The offshore patrol vessel UVL10, currently being built for the Finnish Border Guard at STX Finland Oy’s Rauma shipyard, was named Turva at a festive naming and launching ceremony on Friday 2 August.

Minister of the Interior Päivi Räsänen acted as godmother for the ship, wishing the vessel and its crew luck and success in their future maritime operations. In her speech as the ship’s godmother, Minister Räsänen stated that taking delivery of the ship is an important part of the preparation for the risks of increasing maritime transport and prevention of environmental damage, written down in the Government Programme.

According to the Minister, the vessel represents the collaborative thinking promoted by the government, since it has been designed by a team of various experts and it supports various authorities at their work.

The technically advanced, 96 metres long and 17 metres wide vessel, scheduled for delivery at the end of year 2013, is now painted blue and white. This colour scheme, echoing the colours of the national flag, lends support to its operations in the international operational environment of our regional waters.

The open ship naming contest produced a total of 1,358 name suggestion for the vessel. Out of these suggestions, the Finnish Border Guard selected a name that has traditions and appropriately fits the key tasks of the Border Guard. When completed, the vessel will be stationed on the Gulf of Finland, where it will sail year round, over 300 days a year.

Tasks and capabilities of the offshore patrol vessel

The offshore patrol vessel will be used for the purposes of frontier supervision, maritime search and rescue (SAR), environmental protection, monitoring of natural resources, oil spill response on the open sea and cooperation with other authorities. The vessel can provide support for the operations of auxiliary ships and helicopters.

The ship will be used under any weather and visibility conditions on the Baltic Sea and it is capable of independent long-term operation at extended ranges. The ship hull and its systems have been designed with seaworthiness and operational dependability in mind to ensure functioning capacity under extreme conditions.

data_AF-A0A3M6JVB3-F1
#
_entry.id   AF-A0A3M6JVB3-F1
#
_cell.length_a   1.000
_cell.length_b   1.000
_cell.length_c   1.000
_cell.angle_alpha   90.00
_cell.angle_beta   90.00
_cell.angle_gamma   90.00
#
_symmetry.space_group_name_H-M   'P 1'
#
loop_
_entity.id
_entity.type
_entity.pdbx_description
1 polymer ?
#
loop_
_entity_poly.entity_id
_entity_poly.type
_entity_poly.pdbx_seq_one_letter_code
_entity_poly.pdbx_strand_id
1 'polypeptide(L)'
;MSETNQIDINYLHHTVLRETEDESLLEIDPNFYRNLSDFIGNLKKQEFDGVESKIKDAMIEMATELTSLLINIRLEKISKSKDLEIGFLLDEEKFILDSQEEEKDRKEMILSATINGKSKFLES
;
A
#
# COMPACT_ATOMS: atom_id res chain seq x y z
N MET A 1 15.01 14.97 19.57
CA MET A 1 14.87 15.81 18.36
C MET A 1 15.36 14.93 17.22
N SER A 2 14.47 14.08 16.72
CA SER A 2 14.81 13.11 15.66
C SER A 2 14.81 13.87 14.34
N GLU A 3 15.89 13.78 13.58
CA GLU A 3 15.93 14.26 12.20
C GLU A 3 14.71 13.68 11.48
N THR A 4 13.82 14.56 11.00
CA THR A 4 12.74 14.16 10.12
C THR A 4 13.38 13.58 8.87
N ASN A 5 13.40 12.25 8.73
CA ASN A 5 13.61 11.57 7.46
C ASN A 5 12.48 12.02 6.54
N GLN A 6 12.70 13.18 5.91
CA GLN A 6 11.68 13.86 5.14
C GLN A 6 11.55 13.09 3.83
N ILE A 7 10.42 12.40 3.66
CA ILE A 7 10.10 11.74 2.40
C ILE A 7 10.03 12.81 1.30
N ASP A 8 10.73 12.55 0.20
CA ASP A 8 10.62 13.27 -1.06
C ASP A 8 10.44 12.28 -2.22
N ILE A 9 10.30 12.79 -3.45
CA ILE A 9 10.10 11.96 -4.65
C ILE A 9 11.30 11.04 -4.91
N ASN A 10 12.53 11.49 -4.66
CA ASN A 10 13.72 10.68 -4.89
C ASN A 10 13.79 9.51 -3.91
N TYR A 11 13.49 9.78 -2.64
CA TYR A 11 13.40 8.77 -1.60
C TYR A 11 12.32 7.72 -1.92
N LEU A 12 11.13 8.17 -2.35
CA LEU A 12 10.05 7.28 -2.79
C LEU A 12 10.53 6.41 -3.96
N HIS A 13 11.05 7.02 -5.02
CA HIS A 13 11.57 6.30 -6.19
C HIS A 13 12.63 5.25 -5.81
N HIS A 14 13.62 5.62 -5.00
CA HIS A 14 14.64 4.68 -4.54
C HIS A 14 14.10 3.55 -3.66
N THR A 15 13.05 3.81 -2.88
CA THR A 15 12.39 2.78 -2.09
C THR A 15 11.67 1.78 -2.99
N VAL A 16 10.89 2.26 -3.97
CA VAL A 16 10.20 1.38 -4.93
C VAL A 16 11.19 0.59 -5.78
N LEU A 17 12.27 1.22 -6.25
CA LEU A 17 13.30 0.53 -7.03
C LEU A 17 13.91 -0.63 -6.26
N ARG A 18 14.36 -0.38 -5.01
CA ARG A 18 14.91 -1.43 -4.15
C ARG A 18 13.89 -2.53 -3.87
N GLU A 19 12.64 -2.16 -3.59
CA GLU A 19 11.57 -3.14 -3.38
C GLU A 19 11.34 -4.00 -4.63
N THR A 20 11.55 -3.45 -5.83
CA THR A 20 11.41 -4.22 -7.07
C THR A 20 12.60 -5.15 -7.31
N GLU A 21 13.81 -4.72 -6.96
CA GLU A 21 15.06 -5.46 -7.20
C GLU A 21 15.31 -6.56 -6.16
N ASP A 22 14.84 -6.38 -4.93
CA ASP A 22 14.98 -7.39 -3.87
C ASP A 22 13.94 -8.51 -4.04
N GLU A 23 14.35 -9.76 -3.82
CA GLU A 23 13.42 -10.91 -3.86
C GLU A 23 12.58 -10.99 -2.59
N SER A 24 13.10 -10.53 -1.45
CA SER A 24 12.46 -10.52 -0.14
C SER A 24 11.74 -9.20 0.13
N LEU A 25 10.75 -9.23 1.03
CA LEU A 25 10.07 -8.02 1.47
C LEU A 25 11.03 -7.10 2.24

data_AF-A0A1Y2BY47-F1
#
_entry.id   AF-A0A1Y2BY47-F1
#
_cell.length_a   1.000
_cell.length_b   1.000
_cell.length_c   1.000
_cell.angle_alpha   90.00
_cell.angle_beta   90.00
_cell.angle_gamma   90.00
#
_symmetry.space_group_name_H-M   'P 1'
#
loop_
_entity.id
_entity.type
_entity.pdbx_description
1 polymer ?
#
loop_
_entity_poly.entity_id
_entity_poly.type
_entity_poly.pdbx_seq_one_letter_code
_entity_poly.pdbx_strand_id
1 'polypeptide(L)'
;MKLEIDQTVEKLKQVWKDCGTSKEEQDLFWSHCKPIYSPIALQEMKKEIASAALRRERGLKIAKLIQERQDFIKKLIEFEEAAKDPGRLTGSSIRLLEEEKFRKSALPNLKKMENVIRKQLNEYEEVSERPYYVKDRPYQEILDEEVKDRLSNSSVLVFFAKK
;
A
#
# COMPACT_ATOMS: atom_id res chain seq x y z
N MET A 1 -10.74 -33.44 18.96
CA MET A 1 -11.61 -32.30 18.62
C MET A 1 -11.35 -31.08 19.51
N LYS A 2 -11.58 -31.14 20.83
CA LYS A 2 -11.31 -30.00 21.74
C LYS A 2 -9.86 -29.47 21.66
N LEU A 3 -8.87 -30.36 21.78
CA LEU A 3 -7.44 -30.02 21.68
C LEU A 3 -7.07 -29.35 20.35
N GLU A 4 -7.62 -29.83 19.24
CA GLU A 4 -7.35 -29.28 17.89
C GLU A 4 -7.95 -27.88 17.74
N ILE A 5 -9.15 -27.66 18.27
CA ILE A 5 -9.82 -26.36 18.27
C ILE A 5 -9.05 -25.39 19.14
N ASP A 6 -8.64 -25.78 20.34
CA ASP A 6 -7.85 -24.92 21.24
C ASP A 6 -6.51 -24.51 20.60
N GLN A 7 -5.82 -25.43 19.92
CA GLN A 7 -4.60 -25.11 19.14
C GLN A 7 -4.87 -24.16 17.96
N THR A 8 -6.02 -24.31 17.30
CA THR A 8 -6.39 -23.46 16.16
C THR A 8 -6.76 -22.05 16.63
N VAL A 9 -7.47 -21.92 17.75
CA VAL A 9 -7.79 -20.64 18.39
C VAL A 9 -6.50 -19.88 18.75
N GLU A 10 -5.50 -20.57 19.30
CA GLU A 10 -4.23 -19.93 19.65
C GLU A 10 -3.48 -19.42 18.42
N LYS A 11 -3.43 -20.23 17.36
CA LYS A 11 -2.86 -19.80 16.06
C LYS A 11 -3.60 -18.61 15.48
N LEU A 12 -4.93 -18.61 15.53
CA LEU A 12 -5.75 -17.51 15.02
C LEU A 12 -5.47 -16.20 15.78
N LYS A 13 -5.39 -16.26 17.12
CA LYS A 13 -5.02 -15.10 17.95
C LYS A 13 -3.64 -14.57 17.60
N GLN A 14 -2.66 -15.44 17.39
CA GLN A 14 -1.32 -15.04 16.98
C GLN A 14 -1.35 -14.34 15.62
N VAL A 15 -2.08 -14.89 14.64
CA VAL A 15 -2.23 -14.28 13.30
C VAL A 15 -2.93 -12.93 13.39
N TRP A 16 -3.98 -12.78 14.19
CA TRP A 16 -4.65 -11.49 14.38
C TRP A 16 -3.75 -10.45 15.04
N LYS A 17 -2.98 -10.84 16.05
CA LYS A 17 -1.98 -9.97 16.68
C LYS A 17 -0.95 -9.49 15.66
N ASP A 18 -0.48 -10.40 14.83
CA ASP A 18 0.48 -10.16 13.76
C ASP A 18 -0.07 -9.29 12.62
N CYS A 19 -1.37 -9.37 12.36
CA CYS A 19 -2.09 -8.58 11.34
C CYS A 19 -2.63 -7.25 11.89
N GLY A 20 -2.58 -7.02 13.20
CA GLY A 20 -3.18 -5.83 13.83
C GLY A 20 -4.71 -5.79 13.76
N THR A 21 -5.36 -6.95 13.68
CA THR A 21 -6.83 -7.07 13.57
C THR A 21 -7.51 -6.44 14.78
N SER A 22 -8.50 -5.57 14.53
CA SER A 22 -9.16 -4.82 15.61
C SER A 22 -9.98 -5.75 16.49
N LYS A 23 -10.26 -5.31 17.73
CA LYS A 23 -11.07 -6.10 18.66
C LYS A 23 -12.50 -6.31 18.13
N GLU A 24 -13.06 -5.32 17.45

The vessel features a large working deck and an oil recovery system and high-capacity tanks for recovered oil, facilitating long operating times. If necessary, open sea oil spill response activities can be performed on rough seas and in winter conditions. The ship also features capability to respond in case of serious chemical accidents.

The offshore patrol vessels has versatile search and rescue (SAR) capability and she is capable of operating under difficult conditions and it can function as an on-scene command post in the event of multimodal accidents requiring multiple response capabilities. The ship has extensive fire fighting capacity for extinguishing ship fires and the capability to rescue large numbers of people from the sea or from another vessel. In addition, the ship features sickbays and a helicopter deck for potential evacuation of passengers.

The ship’s 100-tonne emergency towing capability is also an excellent feature in situations where large ships in trouble need to be towed. The offshore patrol vessel is also designed to have high tolerance for damage in case of stranding, fire, engine failure or any other problem situation. The vessel features a double hull and double engine rooms for redundancy and separate systems for maintaining functioning capacity.

The ship can also be used for provision of assistance in minor and major maritime accidents within and beyond Finland’s maritime SAR area of responsibility, serving as e.g. evacuation platform, oil recovery unit, on-scene command post, or even refuelling station for helicopters to extend their operating time at the scene of the accident.

In the design of the vessel, special attention has been paid to environmentally friendly and energy-efficient solutions. The ship uses liquefied natural gas (LNG) with low emission levels and diesel oil as fuels, which keeps the ship’s own emissions small.

“The launching and naming ceremonies are unique events in the ship’s building process. They always make us proud - particularly so in case of this technically advanced and environmentally friendly vessel designed for border control duties. From this moment forward, the shipbuilding process will remain intensive until the moment the vessel is handed over to the client at the end of 2013," said Jari Anttila, EVP & COO of STX Finland and Director of the Rauma shipyard.

“The launching and naming ceremonies are from the customer’s point of view, one-time unique events of whisch we can be proud of. The ship will significantly increase our performance in sea area of Finland. This vessel which now was named Turva is a proof of the end user’s and the shipyard’s professional competence in both design and construction. Preparations will proceed aiming for the timely commissioning of the ship”, added Captain (Navy) Jukka Jaakkola, Chief of Technical Department of Finnish Border Guard Headquarters.